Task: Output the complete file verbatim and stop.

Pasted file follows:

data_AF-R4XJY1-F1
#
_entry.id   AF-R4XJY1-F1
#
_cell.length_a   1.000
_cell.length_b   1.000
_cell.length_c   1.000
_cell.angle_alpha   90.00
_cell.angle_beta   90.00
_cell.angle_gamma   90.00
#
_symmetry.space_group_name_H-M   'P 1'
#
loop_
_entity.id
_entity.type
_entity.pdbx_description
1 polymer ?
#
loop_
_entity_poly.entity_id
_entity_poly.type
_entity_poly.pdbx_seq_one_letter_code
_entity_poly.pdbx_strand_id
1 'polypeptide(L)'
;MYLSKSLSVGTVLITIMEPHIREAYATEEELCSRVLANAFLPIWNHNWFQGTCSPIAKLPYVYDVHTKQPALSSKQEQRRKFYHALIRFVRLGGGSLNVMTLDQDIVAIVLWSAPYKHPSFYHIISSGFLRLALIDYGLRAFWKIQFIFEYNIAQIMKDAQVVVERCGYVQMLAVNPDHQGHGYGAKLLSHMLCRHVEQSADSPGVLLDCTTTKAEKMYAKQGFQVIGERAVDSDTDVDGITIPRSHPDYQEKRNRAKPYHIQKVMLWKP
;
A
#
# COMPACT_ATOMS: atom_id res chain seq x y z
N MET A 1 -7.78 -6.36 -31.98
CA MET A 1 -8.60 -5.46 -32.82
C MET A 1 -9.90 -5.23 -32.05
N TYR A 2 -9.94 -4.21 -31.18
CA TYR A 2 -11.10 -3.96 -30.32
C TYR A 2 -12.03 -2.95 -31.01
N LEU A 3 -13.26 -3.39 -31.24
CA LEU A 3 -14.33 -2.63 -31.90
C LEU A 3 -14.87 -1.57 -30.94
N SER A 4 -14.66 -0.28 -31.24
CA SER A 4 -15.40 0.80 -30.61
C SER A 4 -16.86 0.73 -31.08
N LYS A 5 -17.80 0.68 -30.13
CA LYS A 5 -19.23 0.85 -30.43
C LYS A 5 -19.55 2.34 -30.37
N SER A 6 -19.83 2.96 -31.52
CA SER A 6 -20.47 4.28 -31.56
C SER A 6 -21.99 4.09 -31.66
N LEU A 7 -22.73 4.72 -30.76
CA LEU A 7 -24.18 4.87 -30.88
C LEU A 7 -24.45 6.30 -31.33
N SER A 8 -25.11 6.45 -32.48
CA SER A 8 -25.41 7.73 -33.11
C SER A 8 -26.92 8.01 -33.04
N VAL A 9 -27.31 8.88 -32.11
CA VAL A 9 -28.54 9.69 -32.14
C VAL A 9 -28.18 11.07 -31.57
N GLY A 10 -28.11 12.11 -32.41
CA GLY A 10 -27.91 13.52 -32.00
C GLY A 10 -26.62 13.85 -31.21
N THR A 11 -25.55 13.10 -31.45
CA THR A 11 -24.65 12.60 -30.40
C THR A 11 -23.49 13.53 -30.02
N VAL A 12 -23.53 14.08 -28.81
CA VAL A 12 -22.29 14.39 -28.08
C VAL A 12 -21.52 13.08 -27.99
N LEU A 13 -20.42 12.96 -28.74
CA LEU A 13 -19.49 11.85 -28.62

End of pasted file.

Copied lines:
data_AF-R4XJY1-F1
#
_entry.id   AF-R4XJY1-F1
#
_cell.length_a   1.000
_cell.length_b   1.000
_cell.length_c   1.000
_cell.angle_alpha   90.00
_cell.angle_beta   90.00
_cell.angle_gamma   90.00
#
_symmetry.space_group_name_H-M   'P 1'
#
loop_
_entity.id
_entity.type
_entity.pdbx_description
1 polymer ?
#
loop_
_entity_poly.entity_id
_entity_poly.type
_entity_poly.pdbx_seq_one_letter_code
_entity_poly.pdbx_strand_id
1 'polypeptide(L)'
;MYLSKSLSVGTVLITIMEPHIREAYATEEELCSRVLANAFLPIWNHNWFQGTCSPIAKLPYVYDVHTKQPALSSKQEQRRKFYHALIRFVRLGGGSLNVMTLDQDIVAIVLWSAPYKHPSFYHIISSGFLRLALIDYGLRAFWKIQFIFEYNIAQIMKDAQVVVERCGYVQMLAVNPDHQGHGYGAKLLSHMLCRHVEQSADSPGVLLDCTTTKAEKMYAKQGFQVIGERAVDSDTDVDGITIPRSHPDYQEKRNRAKPYHIQKVMLWKP
;
A
#
# COMPACT_ATOMS: atom_id res chain seq x y z
N MET A 1 -7.78 -6.36 -31.98
CA MET A 1 -8.60 -5.46 -32.82
C MET A 1 -9.90 -5.23 -32.05
N TYR A 2 -9.94 -4.21 -31.18
CA TYR A 2 -11.10 -3.96 -30.32
C TYR A 2 -12.03 -2.95 -31.01
N LEU A 3 -13.26 -3.39 -31.24
CA LEU A 3 -14.33 -2.63 -31.90
C LEU A 3 -14.87 -1.57 -30.94
N SER A 4 -14.66 -0.28 -31.24
CA SER A 4 -15.40 0.80 -30.61
C SER A 4 -16.86 0.73 -31.08
N LYS A 5 -17.80 0.68 -30.13
CA LYS A 5 -19.23 0.85 -30.43
C LYS A 5 -19.55 2.34 -30.37
N SER A 6 -19.83 2.96 -31.52
CA SER A 6 -20.47 4.28 -31.56
C SER A 6 -21.99 4.09 -31.66
N LEU A 7 -22.73 4.72 -30.76
CA LEU A 7 -24.18 4.87 -30.88
C LEU A 7 -24.45 6.30 -31.33
N SER A 8 -25.11 6.45 -32.48
CA SER A 8 -25.41 7.73 -33.11
C SER A 8 -26.92 8.01 -33.04
N VAL A 9 -27.31 8.88 -32.11
CA VAL A 9 -28.54 9.69 -32.14
C VAL A 9 -28.18 11.07 -31.57
N GLY A 10 -28.11 12.11 -32.41
CA GLY A 10 -27.91 13.52 -32.00
C GLY A 10 -26.62 13.85 -31.21
N THR A 11 -25.55 13.10 -31.45
CA THR A 11 -24.65 12.60 -30.40
C THR A 11 -23.49 13.53 -30.02
N VAL A 12 -23.53 14.08 -28.81
CA VAL A 12 -22.29 14.39 -28.08
C VAL A 12 -21.52 13.08 -27.99
N LEU A 13 -20.42 12.96 -28.74
CA LEU A 13 -19.49 11.85 -28.62